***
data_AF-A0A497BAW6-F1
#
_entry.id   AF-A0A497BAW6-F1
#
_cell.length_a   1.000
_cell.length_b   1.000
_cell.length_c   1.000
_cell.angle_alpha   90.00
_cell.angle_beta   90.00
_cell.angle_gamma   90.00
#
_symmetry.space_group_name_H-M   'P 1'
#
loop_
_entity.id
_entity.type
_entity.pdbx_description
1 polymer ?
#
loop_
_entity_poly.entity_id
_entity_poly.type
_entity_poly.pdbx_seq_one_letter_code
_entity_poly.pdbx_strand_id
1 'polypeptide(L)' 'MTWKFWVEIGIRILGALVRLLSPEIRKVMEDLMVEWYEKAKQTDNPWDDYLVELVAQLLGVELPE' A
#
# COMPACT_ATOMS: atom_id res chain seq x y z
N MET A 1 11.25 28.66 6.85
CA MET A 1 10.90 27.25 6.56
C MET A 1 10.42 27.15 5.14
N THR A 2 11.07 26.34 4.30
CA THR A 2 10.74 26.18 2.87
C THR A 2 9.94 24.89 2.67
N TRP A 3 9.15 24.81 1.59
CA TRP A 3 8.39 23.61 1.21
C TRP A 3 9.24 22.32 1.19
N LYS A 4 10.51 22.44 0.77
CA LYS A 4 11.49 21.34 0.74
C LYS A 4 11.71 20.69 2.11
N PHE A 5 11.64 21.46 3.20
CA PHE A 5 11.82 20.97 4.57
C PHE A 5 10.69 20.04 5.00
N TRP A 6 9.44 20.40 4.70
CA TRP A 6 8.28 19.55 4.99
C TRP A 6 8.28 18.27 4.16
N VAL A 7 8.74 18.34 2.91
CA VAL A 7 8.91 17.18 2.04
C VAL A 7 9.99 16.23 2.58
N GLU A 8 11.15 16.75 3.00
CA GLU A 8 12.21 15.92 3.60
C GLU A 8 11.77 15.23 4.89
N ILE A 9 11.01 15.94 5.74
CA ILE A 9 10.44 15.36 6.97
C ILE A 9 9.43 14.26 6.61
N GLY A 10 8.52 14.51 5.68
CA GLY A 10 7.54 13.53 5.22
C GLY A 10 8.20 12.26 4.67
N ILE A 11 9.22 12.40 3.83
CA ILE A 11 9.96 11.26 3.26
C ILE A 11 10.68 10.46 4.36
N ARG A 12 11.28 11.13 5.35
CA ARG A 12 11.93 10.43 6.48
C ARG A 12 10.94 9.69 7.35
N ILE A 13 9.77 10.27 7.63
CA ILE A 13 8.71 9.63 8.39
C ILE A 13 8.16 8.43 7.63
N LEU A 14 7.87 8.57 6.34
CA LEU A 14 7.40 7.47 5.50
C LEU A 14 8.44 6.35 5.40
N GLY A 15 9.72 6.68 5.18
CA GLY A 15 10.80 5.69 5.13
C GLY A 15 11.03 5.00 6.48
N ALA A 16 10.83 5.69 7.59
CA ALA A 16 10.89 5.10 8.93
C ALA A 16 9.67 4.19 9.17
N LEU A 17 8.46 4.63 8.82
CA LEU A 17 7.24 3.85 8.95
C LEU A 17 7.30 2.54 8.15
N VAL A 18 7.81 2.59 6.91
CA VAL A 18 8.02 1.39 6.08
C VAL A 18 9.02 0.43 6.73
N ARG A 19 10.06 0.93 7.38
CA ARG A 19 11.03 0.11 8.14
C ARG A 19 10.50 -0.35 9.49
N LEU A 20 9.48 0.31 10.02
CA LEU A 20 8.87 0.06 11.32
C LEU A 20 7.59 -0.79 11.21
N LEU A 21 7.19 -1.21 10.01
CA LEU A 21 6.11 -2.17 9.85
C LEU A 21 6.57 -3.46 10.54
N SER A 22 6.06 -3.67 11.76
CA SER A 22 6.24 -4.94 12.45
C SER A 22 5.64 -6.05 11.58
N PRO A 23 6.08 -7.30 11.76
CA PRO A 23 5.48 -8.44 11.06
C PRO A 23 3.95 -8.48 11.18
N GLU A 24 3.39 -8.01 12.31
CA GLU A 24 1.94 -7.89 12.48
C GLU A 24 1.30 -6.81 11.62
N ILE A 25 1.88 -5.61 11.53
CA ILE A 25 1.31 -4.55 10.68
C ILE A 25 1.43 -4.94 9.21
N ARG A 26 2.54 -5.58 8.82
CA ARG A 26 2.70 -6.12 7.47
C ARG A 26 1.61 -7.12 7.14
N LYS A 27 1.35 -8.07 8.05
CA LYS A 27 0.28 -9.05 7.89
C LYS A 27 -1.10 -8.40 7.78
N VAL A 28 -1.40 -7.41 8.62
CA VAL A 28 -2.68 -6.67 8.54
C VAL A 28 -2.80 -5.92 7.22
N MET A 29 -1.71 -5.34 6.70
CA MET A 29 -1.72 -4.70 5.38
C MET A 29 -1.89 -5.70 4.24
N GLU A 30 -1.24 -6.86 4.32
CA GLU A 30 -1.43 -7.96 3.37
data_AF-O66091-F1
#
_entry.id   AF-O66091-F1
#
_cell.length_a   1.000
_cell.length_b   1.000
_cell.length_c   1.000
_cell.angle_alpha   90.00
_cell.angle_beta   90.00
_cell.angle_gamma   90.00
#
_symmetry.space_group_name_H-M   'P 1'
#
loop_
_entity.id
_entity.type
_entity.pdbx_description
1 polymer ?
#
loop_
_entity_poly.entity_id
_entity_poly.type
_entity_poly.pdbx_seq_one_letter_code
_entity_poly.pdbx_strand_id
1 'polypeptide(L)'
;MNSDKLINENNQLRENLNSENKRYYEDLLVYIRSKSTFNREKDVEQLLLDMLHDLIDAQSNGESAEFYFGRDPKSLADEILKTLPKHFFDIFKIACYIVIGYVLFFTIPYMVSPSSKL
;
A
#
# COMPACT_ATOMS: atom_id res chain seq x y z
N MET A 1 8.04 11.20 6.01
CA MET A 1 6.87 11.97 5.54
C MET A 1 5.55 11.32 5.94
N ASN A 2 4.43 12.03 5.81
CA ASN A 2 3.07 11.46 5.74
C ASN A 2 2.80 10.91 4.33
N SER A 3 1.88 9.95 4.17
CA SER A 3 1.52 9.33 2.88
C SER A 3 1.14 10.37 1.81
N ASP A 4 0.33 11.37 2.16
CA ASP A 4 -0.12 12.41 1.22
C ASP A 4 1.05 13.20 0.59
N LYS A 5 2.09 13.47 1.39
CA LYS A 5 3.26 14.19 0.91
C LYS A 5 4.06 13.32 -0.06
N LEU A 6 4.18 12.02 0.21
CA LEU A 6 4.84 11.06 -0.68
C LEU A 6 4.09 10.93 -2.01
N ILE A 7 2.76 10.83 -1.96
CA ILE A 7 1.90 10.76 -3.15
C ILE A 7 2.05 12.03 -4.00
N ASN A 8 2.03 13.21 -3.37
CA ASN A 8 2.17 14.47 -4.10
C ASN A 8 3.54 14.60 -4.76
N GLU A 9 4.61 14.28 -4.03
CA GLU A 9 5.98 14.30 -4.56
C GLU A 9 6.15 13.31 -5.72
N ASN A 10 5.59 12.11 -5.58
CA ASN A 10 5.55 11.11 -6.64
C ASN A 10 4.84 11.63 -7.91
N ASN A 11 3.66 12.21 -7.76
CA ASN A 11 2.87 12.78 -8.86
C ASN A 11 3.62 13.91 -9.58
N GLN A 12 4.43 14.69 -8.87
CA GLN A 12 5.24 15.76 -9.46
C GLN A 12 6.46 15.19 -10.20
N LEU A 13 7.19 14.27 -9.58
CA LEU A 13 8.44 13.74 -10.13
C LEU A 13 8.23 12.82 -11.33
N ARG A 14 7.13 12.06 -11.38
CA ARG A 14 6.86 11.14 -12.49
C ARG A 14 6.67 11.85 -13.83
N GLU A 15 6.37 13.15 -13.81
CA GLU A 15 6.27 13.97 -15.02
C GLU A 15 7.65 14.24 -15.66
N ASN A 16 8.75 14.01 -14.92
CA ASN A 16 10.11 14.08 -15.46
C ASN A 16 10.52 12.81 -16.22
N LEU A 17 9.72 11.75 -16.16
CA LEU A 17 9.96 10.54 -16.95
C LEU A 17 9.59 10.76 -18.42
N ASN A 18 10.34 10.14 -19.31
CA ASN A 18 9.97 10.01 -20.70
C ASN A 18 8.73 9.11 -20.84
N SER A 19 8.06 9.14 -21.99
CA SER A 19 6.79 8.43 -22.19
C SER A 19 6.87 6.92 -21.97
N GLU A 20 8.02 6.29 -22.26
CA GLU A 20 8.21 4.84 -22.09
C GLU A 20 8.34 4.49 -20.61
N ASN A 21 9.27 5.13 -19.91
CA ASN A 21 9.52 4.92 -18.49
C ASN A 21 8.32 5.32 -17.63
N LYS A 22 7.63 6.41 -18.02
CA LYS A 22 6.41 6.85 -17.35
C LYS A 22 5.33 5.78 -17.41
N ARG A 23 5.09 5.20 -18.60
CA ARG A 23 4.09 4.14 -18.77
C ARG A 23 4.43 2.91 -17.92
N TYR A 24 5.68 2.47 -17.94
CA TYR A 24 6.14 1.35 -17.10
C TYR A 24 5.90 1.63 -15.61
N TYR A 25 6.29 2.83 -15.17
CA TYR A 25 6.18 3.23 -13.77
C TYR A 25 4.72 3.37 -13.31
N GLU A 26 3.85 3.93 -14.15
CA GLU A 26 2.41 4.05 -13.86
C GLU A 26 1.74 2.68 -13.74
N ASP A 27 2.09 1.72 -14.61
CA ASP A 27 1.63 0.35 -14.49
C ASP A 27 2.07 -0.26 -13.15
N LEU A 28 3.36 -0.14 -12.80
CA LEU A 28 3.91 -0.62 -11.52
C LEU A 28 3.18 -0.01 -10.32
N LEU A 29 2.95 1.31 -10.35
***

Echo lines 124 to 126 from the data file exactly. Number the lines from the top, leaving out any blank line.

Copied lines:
_cell.angle_alpha   90.00
_cell.angle_beta   90.00
_cell.angle_gamma   90.00